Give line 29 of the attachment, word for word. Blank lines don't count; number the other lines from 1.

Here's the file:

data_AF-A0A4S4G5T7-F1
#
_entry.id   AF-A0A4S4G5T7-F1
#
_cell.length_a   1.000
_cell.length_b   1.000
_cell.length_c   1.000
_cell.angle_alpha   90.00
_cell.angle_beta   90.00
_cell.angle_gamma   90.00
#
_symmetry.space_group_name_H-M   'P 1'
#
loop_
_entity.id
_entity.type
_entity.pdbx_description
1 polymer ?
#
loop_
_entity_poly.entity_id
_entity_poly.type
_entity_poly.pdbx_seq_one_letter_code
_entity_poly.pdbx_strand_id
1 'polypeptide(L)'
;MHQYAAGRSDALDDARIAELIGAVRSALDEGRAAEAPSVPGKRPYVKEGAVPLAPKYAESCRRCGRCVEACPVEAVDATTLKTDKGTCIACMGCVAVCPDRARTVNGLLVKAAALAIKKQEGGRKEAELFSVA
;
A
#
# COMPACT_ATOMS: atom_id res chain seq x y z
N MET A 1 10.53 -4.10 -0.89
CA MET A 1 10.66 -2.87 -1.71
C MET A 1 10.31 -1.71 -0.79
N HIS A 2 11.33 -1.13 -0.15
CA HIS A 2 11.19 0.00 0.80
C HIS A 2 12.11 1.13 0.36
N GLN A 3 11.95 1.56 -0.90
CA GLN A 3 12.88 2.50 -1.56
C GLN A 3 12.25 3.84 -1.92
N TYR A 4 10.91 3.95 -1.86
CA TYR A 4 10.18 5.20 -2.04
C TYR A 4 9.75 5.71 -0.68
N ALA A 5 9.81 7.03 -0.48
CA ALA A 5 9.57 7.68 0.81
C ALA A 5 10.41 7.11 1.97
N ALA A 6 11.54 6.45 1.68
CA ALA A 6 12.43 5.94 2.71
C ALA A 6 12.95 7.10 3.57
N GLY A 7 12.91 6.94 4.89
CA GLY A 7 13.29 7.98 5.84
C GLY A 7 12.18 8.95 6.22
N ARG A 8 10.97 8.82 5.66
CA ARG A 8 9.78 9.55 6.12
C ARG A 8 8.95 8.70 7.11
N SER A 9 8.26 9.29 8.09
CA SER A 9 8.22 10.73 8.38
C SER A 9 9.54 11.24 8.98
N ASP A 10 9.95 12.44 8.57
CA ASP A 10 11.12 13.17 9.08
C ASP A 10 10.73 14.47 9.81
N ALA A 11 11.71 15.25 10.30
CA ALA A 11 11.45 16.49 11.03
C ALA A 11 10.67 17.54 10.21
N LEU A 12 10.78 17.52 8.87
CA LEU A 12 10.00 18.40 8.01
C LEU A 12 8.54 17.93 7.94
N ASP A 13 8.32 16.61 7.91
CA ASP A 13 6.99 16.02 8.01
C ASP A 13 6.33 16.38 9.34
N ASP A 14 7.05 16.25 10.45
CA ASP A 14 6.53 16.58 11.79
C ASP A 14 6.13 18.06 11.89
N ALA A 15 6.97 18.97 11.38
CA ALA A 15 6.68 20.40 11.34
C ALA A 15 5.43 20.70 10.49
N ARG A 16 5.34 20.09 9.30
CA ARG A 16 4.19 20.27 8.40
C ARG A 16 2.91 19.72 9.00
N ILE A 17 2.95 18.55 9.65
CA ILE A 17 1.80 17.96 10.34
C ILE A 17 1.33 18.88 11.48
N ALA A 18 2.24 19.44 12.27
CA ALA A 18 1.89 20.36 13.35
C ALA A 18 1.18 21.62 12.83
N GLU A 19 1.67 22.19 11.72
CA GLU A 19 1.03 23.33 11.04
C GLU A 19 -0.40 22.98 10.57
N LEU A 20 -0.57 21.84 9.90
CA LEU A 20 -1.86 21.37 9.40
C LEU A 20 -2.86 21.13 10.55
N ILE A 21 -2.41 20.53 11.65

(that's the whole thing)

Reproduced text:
#